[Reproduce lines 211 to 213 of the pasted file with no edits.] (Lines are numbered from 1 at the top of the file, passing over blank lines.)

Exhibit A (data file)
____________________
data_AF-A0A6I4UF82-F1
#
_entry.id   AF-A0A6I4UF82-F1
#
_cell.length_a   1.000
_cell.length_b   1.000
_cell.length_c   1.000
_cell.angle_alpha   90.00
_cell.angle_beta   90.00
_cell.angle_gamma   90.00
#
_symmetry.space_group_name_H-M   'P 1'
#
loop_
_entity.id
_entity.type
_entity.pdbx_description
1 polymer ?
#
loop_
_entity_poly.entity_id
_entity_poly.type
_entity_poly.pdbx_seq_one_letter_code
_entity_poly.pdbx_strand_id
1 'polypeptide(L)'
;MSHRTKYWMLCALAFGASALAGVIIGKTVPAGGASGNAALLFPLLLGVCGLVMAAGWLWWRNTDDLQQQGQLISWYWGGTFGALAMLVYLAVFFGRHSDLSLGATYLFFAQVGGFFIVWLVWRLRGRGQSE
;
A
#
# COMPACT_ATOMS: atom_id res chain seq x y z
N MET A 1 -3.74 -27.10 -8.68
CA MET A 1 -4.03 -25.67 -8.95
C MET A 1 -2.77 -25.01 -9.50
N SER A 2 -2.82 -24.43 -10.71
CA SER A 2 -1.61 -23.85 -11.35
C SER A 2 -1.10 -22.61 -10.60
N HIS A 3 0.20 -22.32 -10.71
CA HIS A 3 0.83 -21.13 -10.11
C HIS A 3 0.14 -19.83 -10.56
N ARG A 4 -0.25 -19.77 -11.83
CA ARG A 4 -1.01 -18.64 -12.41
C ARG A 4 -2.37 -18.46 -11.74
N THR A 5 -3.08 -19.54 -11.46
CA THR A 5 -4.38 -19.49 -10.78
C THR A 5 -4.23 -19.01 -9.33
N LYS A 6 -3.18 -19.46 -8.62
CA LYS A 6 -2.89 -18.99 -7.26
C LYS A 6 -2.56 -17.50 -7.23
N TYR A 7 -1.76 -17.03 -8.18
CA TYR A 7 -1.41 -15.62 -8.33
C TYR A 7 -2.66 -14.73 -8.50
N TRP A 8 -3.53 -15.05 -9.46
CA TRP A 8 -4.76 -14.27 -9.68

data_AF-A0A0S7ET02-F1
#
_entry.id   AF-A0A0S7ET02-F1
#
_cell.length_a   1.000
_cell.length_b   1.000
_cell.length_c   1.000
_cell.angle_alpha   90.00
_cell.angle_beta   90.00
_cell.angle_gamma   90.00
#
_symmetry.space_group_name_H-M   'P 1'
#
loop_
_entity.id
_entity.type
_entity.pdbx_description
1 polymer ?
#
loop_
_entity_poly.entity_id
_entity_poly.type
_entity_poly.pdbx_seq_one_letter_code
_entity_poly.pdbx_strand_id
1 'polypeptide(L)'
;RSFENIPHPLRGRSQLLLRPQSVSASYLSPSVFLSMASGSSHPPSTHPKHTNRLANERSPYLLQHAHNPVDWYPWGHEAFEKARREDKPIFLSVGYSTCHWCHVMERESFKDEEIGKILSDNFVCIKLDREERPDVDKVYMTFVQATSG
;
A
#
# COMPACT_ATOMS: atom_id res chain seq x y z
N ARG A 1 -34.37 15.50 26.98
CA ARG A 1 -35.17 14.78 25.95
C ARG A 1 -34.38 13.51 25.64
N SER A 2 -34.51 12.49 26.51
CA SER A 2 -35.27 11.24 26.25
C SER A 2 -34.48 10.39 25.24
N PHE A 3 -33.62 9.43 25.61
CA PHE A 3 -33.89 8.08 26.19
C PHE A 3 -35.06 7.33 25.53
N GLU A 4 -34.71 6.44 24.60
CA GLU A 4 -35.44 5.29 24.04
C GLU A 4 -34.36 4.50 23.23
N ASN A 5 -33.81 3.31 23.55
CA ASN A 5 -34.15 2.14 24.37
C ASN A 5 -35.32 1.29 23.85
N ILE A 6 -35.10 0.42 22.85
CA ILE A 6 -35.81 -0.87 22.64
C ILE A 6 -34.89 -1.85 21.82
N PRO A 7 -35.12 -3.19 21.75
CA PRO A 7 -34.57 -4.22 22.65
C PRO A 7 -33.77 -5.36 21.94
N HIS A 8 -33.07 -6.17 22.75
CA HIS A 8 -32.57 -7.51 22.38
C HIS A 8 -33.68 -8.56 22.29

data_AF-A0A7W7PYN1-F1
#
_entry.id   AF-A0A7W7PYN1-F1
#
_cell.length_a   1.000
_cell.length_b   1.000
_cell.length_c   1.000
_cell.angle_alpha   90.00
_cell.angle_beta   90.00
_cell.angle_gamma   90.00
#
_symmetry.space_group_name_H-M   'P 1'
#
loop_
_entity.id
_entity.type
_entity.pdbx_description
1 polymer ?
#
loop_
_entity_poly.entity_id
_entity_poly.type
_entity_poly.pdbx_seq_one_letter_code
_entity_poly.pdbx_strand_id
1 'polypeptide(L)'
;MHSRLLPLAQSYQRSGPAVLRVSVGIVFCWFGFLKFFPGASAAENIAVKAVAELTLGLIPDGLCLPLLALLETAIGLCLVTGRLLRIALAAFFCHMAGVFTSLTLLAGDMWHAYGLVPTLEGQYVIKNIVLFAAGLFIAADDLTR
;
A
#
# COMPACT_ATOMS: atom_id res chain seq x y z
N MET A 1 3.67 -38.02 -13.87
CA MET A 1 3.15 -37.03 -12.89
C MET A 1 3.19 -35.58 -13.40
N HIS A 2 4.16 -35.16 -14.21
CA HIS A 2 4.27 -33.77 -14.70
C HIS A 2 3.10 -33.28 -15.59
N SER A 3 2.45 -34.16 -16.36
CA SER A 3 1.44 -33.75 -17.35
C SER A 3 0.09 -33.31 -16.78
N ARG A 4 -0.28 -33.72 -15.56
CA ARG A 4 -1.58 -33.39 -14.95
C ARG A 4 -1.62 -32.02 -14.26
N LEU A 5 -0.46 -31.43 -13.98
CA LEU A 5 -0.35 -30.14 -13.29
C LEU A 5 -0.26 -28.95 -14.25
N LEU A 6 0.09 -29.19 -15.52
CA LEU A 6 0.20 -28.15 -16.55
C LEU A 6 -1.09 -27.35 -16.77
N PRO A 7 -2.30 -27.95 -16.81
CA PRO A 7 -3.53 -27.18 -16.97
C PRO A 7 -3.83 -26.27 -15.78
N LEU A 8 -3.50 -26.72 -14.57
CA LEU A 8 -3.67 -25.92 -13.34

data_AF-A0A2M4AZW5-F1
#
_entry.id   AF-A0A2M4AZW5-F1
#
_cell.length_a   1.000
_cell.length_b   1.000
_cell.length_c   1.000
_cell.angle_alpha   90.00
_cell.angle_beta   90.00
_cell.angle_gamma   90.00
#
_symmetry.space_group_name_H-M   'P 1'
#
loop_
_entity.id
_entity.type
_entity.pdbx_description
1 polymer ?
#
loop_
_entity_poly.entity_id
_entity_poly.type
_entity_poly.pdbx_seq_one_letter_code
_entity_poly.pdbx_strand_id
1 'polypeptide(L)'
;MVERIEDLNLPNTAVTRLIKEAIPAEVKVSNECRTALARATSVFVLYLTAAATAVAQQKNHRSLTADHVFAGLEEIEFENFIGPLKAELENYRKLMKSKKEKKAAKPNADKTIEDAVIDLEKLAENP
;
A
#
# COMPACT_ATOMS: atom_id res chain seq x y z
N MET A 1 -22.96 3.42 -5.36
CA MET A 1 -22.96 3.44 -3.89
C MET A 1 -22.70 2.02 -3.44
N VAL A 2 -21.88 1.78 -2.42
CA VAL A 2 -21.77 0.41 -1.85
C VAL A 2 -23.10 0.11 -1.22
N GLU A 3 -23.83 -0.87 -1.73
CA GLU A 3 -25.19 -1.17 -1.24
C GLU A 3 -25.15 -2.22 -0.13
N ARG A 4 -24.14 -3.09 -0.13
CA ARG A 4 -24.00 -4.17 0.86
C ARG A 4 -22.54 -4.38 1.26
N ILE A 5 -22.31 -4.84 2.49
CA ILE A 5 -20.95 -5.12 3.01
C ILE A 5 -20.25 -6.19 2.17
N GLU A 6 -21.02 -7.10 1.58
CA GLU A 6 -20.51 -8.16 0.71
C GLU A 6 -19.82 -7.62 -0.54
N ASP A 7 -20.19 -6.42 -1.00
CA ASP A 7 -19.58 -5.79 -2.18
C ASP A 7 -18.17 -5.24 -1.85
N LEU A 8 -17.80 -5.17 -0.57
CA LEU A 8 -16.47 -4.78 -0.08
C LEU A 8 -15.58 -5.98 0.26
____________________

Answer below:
C ASP A 7 -18.17 -5.24 -1.85
N LEU A 8 -17.80 -5.17 -0.57
CA LEU A 8 -16.47 -4.78 -0.08